In Blake’s poetic epic of Jerusalem, his eternal poet, Los, “has poured his prophetic energies into inspired labour in the furnaces of his forge and time and space ….” And his great energies in building the city of Jerusalem are called “the sublime Labours.” His prophetic vision inspires his “labouring at the roarings of his Forge”.
The three images below are of Los, labouring at his forge with hammer and anvil to create "Golgonooza" ("Cathedron," city of "Art & Manufacture," or "City of Art") and, finally, the New Jerusalem (city of "Liberty;" "a City, yet a Woman").
Blake also wrote two poems about the plight of the child chimney sweepers of London
"The Chimney Sweeper" (from Songs of Innocence)
When my mother died I was very young, And my father sold me while yet my tongue Could scarcely cry " 'weep! 'weep! 'weep! 'weep!' " So your chimneys I sweep & in soot I sleep. There's little Tom Dacre, who cried when his head That curled like a lamb's back, was shaved: so I said, "Hush, Tom! never mind it, for when your head's bare You know that the soot cannot spoil your white hair." And so he was quiet, & that very night, As Tom was a-sleeping he had such a sight! That thousands of sweepers, Dick, Joe, Ned & Jack, Were all of them locked up in coffins of black. And by came an Angel who had a bright key, And he opened the coffins & set them all free; Then down a green plain, leaping, laughing, they run, And wash in a river and shine in the Sun. Then naked & white, all their bags left behind, They rise upon clouds and sport in the wind. And the Angel told Tom, if he'd be a good boy, He'd have God for his father & never want joy. And so Tom awoke; and we rose in the dark, And got with our bags & our brushes to work. Though the morning was cold, Tom was happy & warm; So if all do their duty, they need not fear harm.
"The Chimney Sweeper" (from Songs of Experience)
A little black thing among the snow, Crying " 'weep! 'weep!" in notes of woe! "Where are thy father and mother? say?"— "They are both gone up to the church to pray. "Because I was happy upon the heath, And smiled among the winter's snow, They clothed me in the clothes of death, And taught me to sing the notes of woe. "And because I am happy and dance and sing, They think they have done me no injury, And are gone to praise God and his Priest and King, Who make up a heaven of our misery."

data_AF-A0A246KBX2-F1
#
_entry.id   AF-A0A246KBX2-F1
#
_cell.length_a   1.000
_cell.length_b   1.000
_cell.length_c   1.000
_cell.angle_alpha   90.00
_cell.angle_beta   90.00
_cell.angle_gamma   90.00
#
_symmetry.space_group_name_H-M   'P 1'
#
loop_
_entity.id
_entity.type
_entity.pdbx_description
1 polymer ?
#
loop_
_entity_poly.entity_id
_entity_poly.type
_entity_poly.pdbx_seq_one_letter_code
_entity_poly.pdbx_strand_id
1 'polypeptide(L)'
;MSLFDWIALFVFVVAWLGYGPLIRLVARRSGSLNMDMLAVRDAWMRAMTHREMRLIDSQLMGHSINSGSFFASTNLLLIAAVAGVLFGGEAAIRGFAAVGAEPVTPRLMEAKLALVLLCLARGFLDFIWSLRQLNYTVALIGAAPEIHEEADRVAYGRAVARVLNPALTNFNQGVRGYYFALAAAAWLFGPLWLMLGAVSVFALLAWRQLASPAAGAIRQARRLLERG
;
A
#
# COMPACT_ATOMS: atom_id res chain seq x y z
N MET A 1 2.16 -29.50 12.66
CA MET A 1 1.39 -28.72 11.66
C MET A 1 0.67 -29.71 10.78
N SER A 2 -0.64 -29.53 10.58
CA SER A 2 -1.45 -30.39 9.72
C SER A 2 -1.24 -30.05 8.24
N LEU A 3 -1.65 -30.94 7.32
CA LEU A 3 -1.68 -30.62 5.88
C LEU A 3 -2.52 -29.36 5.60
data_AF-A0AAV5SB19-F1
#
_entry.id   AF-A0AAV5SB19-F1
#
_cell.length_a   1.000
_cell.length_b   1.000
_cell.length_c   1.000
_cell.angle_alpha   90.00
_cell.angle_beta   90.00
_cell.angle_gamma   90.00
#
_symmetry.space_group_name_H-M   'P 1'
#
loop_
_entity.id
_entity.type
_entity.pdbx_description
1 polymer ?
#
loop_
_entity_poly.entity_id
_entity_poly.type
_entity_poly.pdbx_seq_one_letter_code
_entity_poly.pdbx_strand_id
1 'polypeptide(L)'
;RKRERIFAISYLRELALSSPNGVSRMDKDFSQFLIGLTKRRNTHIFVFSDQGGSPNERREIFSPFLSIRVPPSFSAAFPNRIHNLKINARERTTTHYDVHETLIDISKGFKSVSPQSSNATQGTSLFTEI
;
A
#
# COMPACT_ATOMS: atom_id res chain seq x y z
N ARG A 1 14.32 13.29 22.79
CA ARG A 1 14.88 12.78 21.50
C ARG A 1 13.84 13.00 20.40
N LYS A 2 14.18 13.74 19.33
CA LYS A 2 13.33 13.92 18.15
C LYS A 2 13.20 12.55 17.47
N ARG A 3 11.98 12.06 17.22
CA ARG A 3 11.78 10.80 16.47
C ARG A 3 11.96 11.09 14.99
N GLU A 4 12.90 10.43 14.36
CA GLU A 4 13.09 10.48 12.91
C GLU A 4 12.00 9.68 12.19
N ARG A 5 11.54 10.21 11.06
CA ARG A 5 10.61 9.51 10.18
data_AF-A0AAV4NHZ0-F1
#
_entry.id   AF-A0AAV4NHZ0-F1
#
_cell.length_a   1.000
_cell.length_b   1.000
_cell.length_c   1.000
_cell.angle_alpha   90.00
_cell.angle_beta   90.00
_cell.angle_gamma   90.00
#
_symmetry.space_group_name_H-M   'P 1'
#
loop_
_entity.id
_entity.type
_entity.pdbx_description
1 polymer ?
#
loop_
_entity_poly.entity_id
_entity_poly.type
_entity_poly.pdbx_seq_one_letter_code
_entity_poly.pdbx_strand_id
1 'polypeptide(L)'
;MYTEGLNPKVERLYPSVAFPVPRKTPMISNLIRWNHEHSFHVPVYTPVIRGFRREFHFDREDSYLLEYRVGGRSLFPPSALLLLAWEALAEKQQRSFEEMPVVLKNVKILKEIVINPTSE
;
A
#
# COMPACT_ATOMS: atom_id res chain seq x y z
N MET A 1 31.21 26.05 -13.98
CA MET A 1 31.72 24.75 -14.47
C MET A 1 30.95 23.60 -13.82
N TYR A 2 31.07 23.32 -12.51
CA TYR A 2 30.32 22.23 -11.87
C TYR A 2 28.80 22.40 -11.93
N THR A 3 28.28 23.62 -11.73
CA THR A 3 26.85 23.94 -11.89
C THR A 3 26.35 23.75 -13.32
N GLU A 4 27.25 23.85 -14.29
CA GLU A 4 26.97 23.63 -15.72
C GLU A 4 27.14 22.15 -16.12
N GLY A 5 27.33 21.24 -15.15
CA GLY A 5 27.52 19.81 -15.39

Conventional economic models fail to value and support the most essential human work: caring and caregiving. So basic human needs are increasingly neglected, despair and ecological destruction escalate, and the resulting social tensions fuel many of the conflicts we face today. Raine Eisler offers a bold reformation: a caring economics that transcends traditional categories like capitalist and socialist and offers enormous economic and social benefits.
"Riane Eisler shows us how to value economically what is valuable humanly— and what could be more revolutionary than that? To imagine money not as the root of all evil, but the measure of all good, read The Real Wealth of Nations."
"No man can call himself liberal, or radical, or even a conservative advocate of fair play, if his work depends in any way on the unpaid or underpaid labor of women at home, or in the office." - Gloria Steinem
"Labor Day and the Election of 2012: It’s Inequality, Stupid" --by Robert Reich